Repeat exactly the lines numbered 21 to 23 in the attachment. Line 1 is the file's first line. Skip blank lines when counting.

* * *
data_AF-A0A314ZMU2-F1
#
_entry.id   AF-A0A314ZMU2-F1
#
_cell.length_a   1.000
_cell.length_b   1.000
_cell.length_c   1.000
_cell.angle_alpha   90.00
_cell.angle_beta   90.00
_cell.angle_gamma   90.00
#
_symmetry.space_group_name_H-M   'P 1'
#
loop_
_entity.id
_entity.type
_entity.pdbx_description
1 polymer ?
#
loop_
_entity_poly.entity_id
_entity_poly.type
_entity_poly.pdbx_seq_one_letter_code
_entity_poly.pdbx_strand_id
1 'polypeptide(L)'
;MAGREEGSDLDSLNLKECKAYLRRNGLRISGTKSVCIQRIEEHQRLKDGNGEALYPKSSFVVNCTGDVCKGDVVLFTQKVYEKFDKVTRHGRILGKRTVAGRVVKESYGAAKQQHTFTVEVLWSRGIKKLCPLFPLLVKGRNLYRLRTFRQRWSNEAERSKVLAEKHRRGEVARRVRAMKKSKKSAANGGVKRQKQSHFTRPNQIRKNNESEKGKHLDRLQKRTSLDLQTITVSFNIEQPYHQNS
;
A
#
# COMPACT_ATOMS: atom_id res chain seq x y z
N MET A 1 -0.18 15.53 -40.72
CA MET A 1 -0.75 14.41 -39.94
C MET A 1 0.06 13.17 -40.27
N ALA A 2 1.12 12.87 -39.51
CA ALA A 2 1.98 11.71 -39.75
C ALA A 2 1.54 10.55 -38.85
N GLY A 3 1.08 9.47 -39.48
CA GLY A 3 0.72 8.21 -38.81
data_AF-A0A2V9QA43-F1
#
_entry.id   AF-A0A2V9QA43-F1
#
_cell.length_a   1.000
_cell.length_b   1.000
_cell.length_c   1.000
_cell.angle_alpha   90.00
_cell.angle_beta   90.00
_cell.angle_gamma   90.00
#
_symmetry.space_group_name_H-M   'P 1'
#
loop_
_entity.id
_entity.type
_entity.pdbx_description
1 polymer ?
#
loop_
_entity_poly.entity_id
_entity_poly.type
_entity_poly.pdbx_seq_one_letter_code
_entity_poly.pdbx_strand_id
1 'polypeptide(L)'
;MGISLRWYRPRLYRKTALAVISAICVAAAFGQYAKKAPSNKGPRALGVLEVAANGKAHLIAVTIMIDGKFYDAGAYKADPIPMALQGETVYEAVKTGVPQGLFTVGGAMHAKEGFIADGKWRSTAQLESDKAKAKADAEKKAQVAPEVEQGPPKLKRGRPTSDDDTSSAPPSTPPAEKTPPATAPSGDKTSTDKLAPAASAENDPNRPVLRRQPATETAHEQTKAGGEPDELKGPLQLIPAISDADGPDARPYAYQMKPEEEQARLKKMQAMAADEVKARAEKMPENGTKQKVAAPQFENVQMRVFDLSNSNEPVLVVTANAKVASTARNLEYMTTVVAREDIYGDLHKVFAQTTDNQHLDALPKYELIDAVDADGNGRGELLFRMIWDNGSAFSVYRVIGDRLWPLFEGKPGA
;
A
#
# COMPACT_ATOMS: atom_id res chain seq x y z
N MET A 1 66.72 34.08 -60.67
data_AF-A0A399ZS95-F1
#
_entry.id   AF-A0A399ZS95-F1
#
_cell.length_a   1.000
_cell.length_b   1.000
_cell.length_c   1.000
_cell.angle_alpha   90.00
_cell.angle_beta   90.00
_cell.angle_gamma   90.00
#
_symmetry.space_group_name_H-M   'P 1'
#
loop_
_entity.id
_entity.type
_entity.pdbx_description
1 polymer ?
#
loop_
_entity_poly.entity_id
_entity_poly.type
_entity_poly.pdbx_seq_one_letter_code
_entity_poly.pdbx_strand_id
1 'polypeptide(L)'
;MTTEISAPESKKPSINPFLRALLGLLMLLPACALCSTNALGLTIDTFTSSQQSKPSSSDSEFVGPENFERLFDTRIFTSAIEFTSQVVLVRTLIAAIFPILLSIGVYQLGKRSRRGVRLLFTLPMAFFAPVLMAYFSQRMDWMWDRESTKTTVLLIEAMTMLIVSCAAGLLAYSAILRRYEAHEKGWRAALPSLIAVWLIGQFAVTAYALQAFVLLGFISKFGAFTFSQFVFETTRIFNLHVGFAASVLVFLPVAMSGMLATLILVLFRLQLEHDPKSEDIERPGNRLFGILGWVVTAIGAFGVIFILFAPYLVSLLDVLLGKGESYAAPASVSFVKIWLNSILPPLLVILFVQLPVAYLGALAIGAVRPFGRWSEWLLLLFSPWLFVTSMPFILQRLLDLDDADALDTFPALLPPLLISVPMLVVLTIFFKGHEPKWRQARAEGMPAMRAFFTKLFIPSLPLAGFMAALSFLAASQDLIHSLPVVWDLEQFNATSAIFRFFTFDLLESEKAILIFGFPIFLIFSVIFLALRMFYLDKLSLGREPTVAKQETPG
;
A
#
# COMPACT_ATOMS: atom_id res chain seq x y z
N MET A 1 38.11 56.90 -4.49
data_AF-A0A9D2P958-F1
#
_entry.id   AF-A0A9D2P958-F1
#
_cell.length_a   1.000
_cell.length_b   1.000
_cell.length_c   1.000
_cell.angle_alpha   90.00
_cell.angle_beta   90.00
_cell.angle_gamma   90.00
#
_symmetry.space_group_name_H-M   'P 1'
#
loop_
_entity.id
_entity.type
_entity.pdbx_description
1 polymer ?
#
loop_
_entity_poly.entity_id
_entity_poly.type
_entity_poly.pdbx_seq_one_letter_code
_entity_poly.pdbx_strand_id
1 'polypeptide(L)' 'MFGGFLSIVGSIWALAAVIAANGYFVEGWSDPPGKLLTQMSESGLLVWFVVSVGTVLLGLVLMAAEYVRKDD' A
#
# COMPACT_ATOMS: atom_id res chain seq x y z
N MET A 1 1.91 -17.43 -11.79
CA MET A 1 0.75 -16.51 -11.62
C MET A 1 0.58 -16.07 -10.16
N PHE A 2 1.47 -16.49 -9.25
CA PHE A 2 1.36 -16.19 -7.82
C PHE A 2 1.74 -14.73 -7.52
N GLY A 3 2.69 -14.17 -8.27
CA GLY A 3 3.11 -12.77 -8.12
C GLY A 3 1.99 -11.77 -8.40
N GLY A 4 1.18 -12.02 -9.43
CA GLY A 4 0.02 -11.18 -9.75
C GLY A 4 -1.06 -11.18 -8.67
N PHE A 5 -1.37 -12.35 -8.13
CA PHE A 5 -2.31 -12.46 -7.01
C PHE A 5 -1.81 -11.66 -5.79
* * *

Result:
_entity_poly.entity_id
_entity_poly.type
_entity_poly.pdbx_seq_one_letter_code